What happens when you pour water into a cup of oil? Well as we all know oil is hydrophobic, that’s the fear of water, and doesn’t mix with water. Instead, liquid water poured unto oil will sink below the surface creating a clear and distinctive line of separation between the oil and water. That’s exactly how waterless urinals work!
A protective grill allows urine to flow down into a layer of barrier oil. The urine slowly swirls downwards under the oil which traps it. As the urine level increases in the urinal trap, it eventually rises enough to fall into the outlet pipe and away into the regular drainage pipework. This is how waterless urinals work!
So there is no need for gallons of water or flushing. Since urine is trapped under the layer of oil, which in some cases can be simple vegetable oil or a more complicated synthetic based oil formula, any air bubbles escaping from the urine rise to the surface but don’t get through the oil.
Do Waterless Urinals Smell?
No they do not smell if properly maintained. The oil barrier keeps the urinal airtight and fresh and prevents foul gasses exiting through the urinal just as water in a conventional toilet works. So most high-quality waterless urinals are completely odorless!
One other odious thing you should also consider is cleanup. Conventional toilets require constant cleaning up otherwise they become smelly and ideal breeding grounds for harmful bacteria. I don’t know about you but cleaning toilets isn’t fun. Water free urinals, on the other hand, are easy to clean because they are smaller in size and don’t require the consistent sanitation that toilets do.
A simple wipe down (less frequently than toilets) with antibacterial wipes and a little warm water will do the job.
So what about when you miss? Ok… I know it’s on your mind, so I’ll just go ahead and answer… Yes, it’s difficult to aim and sometimes accidents happen. Every guy out there knows this! But it is so much easier to use urinals than toilets because there is no chance of missing, the urinal wall catches everything and largely prevents splashing.
And you avoid urine dripping down the outside of the toilet and onto the floor, getting trapped in the floor surface which causes the smell. And no leaks around the difficult to maintain a seal between the large diameter toilet exit and pipe.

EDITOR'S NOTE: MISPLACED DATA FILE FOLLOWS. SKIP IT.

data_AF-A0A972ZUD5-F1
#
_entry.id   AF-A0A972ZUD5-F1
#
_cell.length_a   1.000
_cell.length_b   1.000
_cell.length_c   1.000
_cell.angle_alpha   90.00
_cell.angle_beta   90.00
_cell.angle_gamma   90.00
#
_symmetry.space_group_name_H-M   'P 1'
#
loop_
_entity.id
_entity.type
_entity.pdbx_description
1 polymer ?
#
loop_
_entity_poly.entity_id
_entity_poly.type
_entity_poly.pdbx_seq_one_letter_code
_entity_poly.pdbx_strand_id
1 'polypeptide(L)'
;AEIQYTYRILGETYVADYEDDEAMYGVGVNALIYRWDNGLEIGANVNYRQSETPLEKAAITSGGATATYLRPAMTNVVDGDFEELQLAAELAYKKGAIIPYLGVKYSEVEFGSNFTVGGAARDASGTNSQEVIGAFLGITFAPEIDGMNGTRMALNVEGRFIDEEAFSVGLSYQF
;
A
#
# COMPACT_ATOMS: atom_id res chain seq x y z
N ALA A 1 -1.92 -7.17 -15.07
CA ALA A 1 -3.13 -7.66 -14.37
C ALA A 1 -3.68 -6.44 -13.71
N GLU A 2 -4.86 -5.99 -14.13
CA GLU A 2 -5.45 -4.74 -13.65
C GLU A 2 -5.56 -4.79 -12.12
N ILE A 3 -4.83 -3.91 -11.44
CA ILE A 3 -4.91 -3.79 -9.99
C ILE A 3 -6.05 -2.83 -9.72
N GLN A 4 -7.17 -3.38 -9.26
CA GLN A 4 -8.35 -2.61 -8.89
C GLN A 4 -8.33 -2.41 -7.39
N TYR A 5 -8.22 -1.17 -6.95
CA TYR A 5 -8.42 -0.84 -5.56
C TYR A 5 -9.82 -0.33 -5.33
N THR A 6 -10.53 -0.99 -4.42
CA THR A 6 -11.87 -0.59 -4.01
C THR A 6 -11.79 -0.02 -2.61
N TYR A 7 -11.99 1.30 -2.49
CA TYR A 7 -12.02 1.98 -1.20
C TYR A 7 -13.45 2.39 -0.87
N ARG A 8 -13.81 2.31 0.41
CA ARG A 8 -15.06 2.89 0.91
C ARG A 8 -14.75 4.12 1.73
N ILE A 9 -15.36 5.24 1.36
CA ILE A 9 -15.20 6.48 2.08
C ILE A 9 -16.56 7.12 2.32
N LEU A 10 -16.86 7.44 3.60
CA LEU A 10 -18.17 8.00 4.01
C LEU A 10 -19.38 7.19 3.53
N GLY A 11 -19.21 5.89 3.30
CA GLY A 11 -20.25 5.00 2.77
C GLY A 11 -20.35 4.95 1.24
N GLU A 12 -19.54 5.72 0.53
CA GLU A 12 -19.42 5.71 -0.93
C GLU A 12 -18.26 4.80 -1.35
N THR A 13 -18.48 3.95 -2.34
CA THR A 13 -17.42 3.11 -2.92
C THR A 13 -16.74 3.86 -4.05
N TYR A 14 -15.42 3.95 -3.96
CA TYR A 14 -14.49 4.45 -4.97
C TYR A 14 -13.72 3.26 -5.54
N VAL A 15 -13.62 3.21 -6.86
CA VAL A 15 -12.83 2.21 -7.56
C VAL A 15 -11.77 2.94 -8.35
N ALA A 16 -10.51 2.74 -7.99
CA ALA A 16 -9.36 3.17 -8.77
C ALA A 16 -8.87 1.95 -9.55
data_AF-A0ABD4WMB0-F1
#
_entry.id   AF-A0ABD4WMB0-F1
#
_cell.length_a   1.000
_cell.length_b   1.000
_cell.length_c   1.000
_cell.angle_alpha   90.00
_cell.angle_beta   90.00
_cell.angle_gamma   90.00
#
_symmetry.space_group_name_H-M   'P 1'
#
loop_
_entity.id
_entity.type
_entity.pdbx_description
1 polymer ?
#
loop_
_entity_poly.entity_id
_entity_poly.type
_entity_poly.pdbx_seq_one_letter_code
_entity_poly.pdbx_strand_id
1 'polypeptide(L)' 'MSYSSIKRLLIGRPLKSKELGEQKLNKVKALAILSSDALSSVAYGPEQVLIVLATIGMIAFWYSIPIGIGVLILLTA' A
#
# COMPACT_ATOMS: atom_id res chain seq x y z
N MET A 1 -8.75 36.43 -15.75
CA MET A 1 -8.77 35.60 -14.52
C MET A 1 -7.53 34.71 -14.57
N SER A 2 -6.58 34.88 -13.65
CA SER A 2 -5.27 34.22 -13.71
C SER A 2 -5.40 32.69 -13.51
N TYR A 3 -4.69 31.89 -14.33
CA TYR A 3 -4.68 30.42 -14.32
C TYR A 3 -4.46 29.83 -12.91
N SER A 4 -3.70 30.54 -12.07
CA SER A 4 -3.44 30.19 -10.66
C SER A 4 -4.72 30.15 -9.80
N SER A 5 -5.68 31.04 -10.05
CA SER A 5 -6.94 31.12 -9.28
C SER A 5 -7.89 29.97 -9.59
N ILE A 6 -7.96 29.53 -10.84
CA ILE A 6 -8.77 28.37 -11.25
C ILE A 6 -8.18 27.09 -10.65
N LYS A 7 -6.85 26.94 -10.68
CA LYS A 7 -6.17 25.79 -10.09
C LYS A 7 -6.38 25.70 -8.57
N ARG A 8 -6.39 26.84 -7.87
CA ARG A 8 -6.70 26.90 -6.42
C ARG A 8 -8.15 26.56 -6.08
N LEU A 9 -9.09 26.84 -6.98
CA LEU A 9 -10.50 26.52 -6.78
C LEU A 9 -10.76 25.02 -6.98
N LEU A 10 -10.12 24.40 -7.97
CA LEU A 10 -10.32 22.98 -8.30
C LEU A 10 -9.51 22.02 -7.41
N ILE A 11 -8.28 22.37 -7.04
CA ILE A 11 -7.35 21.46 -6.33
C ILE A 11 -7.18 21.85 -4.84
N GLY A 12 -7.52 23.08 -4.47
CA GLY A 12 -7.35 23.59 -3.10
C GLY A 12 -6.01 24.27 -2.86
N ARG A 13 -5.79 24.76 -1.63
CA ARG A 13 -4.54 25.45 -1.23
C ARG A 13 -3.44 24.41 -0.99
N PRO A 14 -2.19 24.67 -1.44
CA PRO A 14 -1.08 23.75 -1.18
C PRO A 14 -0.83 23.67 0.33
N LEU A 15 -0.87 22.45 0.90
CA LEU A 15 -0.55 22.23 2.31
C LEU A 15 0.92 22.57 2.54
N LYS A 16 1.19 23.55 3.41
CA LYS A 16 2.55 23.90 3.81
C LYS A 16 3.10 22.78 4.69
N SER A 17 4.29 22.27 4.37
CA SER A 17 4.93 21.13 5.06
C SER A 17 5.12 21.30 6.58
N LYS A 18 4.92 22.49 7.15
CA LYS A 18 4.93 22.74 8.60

Avoid messes and spills around toilets by getting yourself a waterless urinal.
Could You Put the Toilet Seat Back Down? The Old “Seat War”
This question goes out to all the guys. Fellas, how many times have you forgotten to put the seat down after you used the toilet and how many times has your wife or girlfriend called you out for it? How about you ladies? Tired of men not putting the toilet seat down after they go to the bathroom? Seems easy right?
Trust me buying an easy to install waterless urinal is much more convenient for both men and women. Most men don’t sit down when they urinate so putting the seat back down isn’t instinctual or natural. It’s like an extra annoying step we never think to take and it almost always leads to a fight between couples and partners. An easy way to avoid those annoying fights with your spouse is to simply invest in this modern urinal technology.
Doing so will essentially make the urinal a “guy only zone” and reserve the toilet mostly for the lady of the house.
The seat will never go back up and the horrible “seat wars” will finally be over!
A Great Conversation Piece and Perfect for Guests
When I finished using the waterless urinal at my friend’s house I almost ran out of the bathroom because I was so excited to tell everyone about what I just discovered! I had never thought of installing a urinal in a house. For the rest of the evening, everyone was talking about how interesting it was to see a urinal in a home and the hosts kept bragging about all the great benefits. Maybe not ideal conversation at the dinner table but …..
Needless to say I was intrigued and wanted to know more. A waterless urinal is just one of those things that you don’t know you need until you have one. The best part is it feels like a luxury or expensive item that says something about the atmosphere and environment of your home. I hesitate to say it but the imagination to install one rubs off on you.
They are fairly affordable and, as mentioned above, cost friendly, in the long run saves more money than regular toilets or urinals.
Not only are waterless urinals cause for endless conversation with friends but they are also perfect for guests to use. More often than not dinner parties can lead to lines forming outside bathroom doors and the next day you’re left with a poorly used, smelly, and dirty toilet.
It’s a painful truth but your guests don’t care about the cleanliness of your house as much as you or your family members do.
Luckily, urinals are quicker to use than most toilets, so guests can have better access to the bathroom area and of course waterless urinals are more sanitary and hygienic. If you entertain guests on a regular basis, getting a waterless urinal is a really great investment, benefitting both your guests and for your own sake.
Is it a Real Estate Goldmine?
No, it’s not going to be the tipping point most likely and your home value is not going to increase overnight once you install a waterless urinal but there are other real estate related benefits to having urinals in your home. According to RE/MAX agent Barbara Kreglow waterless urinals “might sell [homes] faster if a guy is the buyer”.
This makes sense because most guys prefer urinals to toilets and what guy doesn’t want a waterless urinal in his home if he can get one?
So, in the long run, it’s really not a bad idea to install a waterless urinal in your home.
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Ian is the Editor for Weird By Design. An avid consumer of nice stuff, writer, blogger & computer power user.
Interested in Design, Trading Markets & the finer things in life.